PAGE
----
I was asked to give a presentation on financial planning to fellows attending this fall’s annual meeting of the American College of Chest Physicians. In preparation for that presentation, I...
The physicist and philosopher, Thomas Kuhn, popularized the concept of “paradigm shift” in reference to sudden, dramatic changes in scientific thought in his book The Structure of Scientific Revolutions. An example would be Charles Darwin’s theory of evolution that caused a total change in the way the scientific community looked as life on Earth. Another example is the “duck-rabbit optical illusion”: a group of people who live their entire life in an arid region of Arizona will look at it and only see a rabbit but then if someone brings a duck into town, all of a sudden the group of people will now see the duck in the picture.
Accountable care organizations are the healthcare equivalent to a paradigm shift in science. ACOs were created by the Affordable Care Act of 2010 (aka “Obamacare”) as a tactic to curb escalating healthcare costs in the United States. In 2016, Americans spent $9,892 per person on healthcare so we have to adopt some strategy to slow this growth – it is simply unsustainable. The idea of the ACO is that Medicare pays for value rather than pays for volume, thus reducing unnecessary healthcare expenditures. The way the ACO works is that it assumes the care of at least 5,000 Medicare beneficiaries, determines the baseline cost of providing care to those patients (i.e., how much it cost to care for them in previous years), and then implements ways to provide equal or higher quality of care at a lower cost. At the end of the year, if the total Medicare costs incurred by those Medicare beneficiaries is less than the baseline year, then Medicare splits the savings with the ACO, allowing the ACO to then pay back the physicians a bonus for providing high quality-low cost care.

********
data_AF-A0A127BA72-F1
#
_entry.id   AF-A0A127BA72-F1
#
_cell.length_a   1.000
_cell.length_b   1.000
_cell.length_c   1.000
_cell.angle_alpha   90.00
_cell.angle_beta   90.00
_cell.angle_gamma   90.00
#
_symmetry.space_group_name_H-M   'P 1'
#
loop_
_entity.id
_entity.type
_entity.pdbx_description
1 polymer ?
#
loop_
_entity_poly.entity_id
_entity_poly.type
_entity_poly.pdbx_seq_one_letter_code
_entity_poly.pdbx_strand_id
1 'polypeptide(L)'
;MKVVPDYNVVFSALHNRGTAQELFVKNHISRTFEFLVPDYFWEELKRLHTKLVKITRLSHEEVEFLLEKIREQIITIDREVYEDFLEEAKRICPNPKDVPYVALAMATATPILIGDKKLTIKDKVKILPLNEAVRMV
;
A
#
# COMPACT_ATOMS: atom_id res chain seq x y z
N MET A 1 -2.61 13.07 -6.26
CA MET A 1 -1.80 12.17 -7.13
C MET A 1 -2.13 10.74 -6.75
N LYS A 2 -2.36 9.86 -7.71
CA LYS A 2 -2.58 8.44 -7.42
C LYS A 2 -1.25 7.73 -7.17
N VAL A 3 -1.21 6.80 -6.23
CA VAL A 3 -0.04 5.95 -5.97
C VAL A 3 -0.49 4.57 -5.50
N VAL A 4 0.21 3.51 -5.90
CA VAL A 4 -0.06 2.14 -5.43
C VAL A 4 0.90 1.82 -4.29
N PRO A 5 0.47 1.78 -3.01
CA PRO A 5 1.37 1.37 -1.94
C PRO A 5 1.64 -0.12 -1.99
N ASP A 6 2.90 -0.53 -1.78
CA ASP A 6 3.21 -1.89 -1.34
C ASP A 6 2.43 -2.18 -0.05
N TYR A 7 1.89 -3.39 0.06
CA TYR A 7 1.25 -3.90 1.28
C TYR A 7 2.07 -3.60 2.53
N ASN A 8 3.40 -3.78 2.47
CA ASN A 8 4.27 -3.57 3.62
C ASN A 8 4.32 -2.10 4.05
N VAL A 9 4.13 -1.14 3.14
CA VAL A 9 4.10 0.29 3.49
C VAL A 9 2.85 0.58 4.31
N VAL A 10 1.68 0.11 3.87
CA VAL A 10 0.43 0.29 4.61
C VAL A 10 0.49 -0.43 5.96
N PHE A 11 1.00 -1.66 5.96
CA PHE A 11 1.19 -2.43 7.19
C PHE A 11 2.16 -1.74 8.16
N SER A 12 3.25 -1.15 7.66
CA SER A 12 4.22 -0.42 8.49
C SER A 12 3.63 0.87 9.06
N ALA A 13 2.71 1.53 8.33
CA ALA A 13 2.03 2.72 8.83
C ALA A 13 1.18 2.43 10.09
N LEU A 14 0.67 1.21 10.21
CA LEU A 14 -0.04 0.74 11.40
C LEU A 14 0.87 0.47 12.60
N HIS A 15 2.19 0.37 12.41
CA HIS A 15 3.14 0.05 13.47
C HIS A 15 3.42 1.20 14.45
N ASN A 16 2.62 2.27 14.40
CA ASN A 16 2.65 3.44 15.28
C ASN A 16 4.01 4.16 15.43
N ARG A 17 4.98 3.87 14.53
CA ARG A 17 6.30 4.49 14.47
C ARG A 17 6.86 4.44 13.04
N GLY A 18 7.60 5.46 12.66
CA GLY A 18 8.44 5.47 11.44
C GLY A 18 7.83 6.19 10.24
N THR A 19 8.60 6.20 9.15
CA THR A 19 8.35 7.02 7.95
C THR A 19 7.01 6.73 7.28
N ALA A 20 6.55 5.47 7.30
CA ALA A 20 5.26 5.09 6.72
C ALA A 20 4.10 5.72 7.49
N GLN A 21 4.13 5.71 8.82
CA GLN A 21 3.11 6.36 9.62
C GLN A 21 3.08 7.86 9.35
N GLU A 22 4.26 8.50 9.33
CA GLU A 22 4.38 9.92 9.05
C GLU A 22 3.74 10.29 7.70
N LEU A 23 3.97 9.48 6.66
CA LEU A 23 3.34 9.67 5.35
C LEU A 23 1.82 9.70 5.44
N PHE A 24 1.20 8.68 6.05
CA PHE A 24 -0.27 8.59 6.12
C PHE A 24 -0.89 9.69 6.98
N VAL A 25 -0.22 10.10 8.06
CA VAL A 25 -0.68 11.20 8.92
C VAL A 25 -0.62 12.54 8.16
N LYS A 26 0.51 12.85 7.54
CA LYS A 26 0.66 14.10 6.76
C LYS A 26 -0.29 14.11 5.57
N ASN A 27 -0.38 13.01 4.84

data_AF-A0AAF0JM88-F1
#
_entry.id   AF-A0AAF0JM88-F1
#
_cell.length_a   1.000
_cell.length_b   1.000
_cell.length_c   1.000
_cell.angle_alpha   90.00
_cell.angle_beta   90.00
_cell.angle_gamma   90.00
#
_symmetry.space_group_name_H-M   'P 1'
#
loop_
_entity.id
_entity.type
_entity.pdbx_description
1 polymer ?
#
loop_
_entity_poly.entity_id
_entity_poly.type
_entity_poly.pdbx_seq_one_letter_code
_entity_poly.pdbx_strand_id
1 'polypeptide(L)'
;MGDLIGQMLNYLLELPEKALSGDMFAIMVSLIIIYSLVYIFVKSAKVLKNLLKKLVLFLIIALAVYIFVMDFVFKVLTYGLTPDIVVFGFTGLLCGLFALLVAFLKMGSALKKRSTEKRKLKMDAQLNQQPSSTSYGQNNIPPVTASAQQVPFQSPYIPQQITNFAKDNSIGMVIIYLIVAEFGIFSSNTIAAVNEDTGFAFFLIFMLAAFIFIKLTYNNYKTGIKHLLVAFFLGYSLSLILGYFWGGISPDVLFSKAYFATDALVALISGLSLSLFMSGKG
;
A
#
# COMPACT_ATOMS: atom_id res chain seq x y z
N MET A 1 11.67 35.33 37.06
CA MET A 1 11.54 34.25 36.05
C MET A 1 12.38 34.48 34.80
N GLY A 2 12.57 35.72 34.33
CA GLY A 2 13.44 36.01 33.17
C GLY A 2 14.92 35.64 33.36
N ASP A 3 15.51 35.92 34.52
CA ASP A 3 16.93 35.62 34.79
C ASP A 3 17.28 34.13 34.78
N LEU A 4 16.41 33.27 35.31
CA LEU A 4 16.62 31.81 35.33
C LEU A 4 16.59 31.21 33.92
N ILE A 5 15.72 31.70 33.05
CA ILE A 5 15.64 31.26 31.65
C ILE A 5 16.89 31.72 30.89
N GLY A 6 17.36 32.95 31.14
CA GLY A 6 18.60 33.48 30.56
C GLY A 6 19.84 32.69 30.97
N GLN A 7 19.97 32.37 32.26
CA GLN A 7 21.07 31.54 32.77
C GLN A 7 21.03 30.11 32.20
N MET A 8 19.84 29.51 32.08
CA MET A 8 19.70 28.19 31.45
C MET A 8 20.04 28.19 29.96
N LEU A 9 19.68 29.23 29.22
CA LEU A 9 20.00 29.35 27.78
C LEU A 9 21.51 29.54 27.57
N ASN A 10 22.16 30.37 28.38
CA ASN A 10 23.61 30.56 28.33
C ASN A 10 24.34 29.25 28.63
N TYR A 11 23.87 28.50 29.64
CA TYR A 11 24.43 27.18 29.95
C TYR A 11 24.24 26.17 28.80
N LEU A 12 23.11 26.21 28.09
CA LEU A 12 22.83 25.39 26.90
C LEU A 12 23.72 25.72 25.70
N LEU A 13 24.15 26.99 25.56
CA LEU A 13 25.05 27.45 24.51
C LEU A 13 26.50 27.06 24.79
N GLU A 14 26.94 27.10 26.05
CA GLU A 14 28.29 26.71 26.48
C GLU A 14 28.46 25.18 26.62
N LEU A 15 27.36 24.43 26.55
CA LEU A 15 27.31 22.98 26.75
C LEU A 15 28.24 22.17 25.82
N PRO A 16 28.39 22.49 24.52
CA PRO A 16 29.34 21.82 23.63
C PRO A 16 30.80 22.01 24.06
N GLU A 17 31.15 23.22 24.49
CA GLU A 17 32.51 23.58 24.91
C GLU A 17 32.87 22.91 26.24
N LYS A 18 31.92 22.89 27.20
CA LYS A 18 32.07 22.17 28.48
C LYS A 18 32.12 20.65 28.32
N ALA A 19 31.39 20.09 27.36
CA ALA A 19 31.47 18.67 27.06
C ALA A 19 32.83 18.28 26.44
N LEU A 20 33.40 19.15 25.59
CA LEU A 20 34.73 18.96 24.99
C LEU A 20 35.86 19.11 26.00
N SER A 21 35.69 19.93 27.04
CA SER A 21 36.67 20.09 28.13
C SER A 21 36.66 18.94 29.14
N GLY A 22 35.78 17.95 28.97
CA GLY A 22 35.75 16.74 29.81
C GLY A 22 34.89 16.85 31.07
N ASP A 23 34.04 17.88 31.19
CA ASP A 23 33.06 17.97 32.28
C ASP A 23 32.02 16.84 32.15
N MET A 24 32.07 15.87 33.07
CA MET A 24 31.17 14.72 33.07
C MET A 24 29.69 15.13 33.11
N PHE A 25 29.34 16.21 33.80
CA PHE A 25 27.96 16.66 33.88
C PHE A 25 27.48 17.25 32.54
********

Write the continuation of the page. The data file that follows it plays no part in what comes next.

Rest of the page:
I actually think that these are a pretty good idea and a reasonable step to controlling health costs in our country. A lot of other people also think that they are a pretty good idea, to the point that as of the beginning of 2017, there were 923 different ACOs in the U.S. covering 32.4 million Americans. However, the law of unintended consequences governs all new healthcare ventures and so you have to try to anticipate them. Here are some of the cautions to keep in mind:
Don’t plan on making money the first year. Last year, Medicare released the results from the initial ACOs operating in 2015 (the 2016 data should be coming out soon). Overall, 31% of the ACOs received a shared savings bonus – this was up from 27% the previous year. Most ACOs get better at being an ACO each year and so the longer it is in place, the more likely it is to get an end-of-the-year savings bonus. As an example, only 20% of ACOs get a shared savings bonus in their first year but 40% did by the third year and 55% did in the fourth year. An ACO is like a really great wine – it doesn’t really pay off until it has aged for a few years.
You are better off taking care of high-cost patients. Those ACOs that started off with high-cost patients were more able to reduce the cost of caring for those patients – simply said: there is more fat to trim from the expenses. In 2015, ACOs that got an end-of-the-year shared savings bonus took care of beneficiaries whose baseline health costs were $11,393 whereas those that did not get a shared savings bonus took care of patients with an average baseline cost of $9,968.
Involve the physicians. 20% of ACOs that were created and run by hospitals got a shared savings bonus but 33% of ACOs that were led by a physician group or by a integration of hospital + physician group got shared savings bonuses.